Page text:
Changes daily

Our workouts change daily so your fitness doesn’t plateau.  This keeps your body guessing as we switch our fitness focuses week to week - keeping it fresh and fun.

5 Reasons to Cross-Train for Race Season

April is here and preparation for race season is in full swing. Whether you love marathon, obstacle or adventure races, cross-training will add huge value to your performance. Cross-training is a broad term that can include resistance training, mobility/stretching, and low impact endurance activities such as cycling and rowing. These activities combined with running not only boosts performance but considerably reduces the overuse injuries common to runners.

 

Here are the top 5 reasons to add a cross-strengthening program into your training plan:

 

1. Greater Performance

            Cross-training benefits running performance and allows for longer periods of training.  Because of the impact on your joints caused by running, few runners (especially beginners) can handle more than 6 hours of running/week without running into injury. By including low-impact endurance activities such as cycling and rowing, allows you to train twice the amount whilst improving your cardiovascular fitness.

 

2. Mobility

            Mobility refers to the overall range of motion a joint can move through. This is more than simply flexibility (muscle length) as it also refers to how well the nervous system controls the joint/muscle.  When you have trigger points(knots) in your muscles, your control of that muscle is inhibited and stretching won’t always help. So, in addition to your stretching program, try using a foam roller and release balls to get deeper into your muscles allowing for better mobility.           Look for a restorative class in your area that uses myofascial release or a good massage always helps!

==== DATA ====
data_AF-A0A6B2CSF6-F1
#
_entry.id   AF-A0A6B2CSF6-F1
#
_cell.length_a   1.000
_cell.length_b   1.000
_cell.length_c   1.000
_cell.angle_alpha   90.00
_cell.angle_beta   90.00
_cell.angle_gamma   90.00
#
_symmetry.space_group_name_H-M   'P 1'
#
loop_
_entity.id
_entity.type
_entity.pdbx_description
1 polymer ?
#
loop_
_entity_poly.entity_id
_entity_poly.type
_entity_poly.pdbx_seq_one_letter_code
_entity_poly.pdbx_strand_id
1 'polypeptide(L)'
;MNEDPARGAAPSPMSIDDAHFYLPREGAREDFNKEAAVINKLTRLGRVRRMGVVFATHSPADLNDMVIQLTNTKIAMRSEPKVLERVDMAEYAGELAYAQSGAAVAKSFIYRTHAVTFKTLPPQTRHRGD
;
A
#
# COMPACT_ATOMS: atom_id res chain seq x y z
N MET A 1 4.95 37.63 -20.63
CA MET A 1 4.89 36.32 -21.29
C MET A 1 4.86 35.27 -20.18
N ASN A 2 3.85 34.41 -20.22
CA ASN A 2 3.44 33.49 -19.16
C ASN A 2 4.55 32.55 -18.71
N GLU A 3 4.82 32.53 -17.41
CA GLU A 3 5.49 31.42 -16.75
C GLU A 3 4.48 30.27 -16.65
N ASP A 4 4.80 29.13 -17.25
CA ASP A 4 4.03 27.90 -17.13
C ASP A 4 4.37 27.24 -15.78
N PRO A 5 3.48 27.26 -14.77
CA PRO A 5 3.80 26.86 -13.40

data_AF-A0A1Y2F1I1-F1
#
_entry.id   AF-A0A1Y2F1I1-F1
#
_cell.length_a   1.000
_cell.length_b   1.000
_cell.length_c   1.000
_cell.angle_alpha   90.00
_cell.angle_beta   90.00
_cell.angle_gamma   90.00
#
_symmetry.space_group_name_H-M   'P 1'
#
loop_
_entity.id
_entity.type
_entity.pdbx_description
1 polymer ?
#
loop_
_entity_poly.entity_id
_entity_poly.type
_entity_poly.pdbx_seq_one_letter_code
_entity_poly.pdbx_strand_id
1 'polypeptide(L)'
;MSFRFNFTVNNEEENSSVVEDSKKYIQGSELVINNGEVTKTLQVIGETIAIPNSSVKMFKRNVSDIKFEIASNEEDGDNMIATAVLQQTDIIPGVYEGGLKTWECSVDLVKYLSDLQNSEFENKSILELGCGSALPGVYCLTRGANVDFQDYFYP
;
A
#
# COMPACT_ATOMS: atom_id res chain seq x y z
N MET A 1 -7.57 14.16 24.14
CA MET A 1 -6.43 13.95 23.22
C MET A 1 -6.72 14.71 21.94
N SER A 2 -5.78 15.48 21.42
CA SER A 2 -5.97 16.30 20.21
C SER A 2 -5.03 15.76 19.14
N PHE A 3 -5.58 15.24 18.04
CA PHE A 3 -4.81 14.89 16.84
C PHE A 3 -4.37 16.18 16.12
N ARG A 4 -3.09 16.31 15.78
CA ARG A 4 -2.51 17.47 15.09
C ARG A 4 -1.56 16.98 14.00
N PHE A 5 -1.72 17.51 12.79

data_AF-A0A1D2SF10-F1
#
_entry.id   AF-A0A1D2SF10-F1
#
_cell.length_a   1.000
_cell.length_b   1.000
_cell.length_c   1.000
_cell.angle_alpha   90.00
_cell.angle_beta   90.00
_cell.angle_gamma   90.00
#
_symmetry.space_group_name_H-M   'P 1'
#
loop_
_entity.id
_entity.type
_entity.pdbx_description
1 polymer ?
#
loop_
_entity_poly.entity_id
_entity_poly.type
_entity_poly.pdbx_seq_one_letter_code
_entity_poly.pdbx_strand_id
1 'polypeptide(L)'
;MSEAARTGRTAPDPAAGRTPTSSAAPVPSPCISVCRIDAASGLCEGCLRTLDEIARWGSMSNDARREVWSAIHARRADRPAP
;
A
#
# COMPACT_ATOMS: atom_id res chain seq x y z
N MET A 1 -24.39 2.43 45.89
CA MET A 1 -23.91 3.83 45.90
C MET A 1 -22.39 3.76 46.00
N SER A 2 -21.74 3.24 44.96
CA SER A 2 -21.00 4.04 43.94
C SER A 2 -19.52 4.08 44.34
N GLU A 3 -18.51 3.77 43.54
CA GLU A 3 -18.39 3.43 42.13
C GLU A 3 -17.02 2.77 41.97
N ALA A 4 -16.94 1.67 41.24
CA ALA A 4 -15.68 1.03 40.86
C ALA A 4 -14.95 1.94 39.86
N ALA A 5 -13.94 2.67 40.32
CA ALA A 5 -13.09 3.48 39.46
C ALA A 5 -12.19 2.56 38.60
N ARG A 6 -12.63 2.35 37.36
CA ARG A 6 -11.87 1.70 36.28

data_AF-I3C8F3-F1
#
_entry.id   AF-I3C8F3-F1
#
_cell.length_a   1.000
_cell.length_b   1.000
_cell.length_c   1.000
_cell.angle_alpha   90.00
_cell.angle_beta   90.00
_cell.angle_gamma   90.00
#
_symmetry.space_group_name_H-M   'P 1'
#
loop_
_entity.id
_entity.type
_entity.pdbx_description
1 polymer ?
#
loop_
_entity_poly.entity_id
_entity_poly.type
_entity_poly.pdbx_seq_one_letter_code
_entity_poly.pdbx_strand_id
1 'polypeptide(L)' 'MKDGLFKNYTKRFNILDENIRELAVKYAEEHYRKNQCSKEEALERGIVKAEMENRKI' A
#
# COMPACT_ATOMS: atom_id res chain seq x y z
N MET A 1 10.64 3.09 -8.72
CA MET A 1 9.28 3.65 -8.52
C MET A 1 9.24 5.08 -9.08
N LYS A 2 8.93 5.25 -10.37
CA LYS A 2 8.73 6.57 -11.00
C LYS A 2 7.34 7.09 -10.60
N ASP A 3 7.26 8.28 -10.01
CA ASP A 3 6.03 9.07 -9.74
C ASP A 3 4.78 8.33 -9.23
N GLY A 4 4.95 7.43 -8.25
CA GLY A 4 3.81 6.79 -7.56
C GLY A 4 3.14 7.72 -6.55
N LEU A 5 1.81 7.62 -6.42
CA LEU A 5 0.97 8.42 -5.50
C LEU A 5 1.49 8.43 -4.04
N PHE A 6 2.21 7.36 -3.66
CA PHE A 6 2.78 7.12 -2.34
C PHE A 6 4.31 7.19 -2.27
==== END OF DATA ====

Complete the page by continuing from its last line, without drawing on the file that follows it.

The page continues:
3. Strength

The key to a great performance for any athlete or weekend warrior begins with strength. Back, core and hips are among the most common areas of the body that require proper strengthening when first starting a running program. These areas often take the brunt of the impact associated with running and produce the most explosive force(hips) during an activity. Building strength initially involves lighter weight and great attention to detail as proper technique is the priority. Finding a qualified trainer to help you build a solid strength foundation will not only improve your running, but aid in post-workout recovery and injury prevention.    

           

4.  Power

            A further benefit to strength training is improving power.  Power is your body’s ability to produce high amounts of force in short periods of time.  As a runner, by improving your power, you will also improve your stride length and efficiency thereby improving your running pace.  This can be done with HIIT (high intensity interval training) workouts defined by short, intense bursts of activity followed by a rest interval. 

 

5. Injury Prevention

            Cross-training not only prepares the body for the rigors of running, but also for what happens after. Over 50% of overuse injuries runners experience relate to a weakness in the hips (gluts mainly) thereby affecting other structures down the chain in the lower limbs ie. knees/ankles.  By strengthening the hips, core and surrounding structures, you drastically decrease your chance of injury.  We recommend starting with 1-2 low impact endurance activities per week of about an hour such as cycling to lower the impact your joints experience.